This article is more than 1 year old

Boeing just about gives up on the 747

Even the cargo market's dried up for the Jumbo Jet. Next stop, elephant's graveyard?

Boeing will reduce the number of 747s it makes to just one every two months, citing a collapse in demand for the iconic aircraft.

The company previously announced plans to slow production from 1.3 jets a month to just one a month, with the new and lower production rate expected to kick in from March.

Now the company says it will take a $885m charge as it winds back its 747-building capability.

The newest 747 model, the 747-8, arrived in 2012 complete with plenty of the advanced manufacturing techniques employed in the 787 and other, newer, lighter and cheaper-to-operate aircraft. But the new Jumbo Jet hasn't sold well: just 121 have been ordered – and of those, only 51 were passenger jets.

The original 747 is credited with pioneering affordable long-haul travel and therefore making a massive contribution to global tourism. The 747-400 arguably pulled off the same trick, making twelve hour hops such as Europe to major Asian cities possible without a tiresome and time-consuming touchdown for more fuel.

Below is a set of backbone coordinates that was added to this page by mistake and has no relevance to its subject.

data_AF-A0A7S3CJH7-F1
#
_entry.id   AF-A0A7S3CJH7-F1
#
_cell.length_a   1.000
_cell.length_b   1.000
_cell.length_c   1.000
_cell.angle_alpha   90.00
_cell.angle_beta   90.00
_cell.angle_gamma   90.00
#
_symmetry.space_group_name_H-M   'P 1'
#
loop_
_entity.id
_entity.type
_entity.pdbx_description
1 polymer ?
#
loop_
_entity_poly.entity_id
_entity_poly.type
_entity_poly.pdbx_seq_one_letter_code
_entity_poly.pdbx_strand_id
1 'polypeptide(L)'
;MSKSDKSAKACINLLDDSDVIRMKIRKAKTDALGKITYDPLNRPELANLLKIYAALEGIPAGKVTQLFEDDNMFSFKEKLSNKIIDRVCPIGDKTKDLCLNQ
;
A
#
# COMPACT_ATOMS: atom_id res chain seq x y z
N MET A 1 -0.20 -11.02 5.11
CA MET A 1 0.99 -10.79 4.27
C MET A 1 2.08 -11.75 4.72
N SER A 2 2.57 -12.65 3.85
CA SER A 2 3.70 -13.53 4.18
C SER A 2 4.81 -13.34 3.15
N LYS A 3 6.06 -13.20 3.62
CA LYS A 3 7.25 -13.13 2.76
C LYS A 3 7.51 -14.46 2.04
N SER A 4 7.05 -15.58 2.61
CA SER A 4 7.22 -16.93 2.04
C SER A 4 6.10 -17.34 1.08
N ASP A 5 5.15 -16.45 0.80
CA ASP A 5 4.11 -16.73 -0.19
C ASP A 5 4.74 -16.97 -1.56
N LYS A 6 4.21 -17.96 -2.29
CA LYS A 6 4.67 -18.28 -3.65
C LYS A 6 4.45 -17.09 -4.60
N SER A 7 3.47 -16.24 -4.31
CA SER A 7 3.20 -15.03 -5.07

However, improvements in the reliability and power of jet engines means it is now possible to build twin-engined aircraft that rival the Jumbo Jet's capacity and range. That makes the four-engined 747s more expensive to operate, and therefore a less attractive purchase, for both passenger and cargo operators. Boeing cashed in on this trend with its own 777, an aircraft that in some configurations can carry more than 450 passengers.

Passenger carriers ordered no new 747s in 2015. Cargo operators, Boeing says, aren't buying much of anything at the moment as demand for air freight falls. Which is a worrying economic indicator for a host of other reasons.

Production capacity of half a dozen 747s a year means Boeing doesn't have a lot of skin left in the 747 game. One order it will, however, almost certainly fill is that from the White House for new 747-8s to serve as presidential transports.

The US military still likes quad-engine airliners for reasons of reliability and redundancy and also appreciates the 747-8's hefty airframe as it allows for installation of whatever it is that's required to keep presidents alive in the event of airborne peril. ®

More about


Send us news

Other stories you might like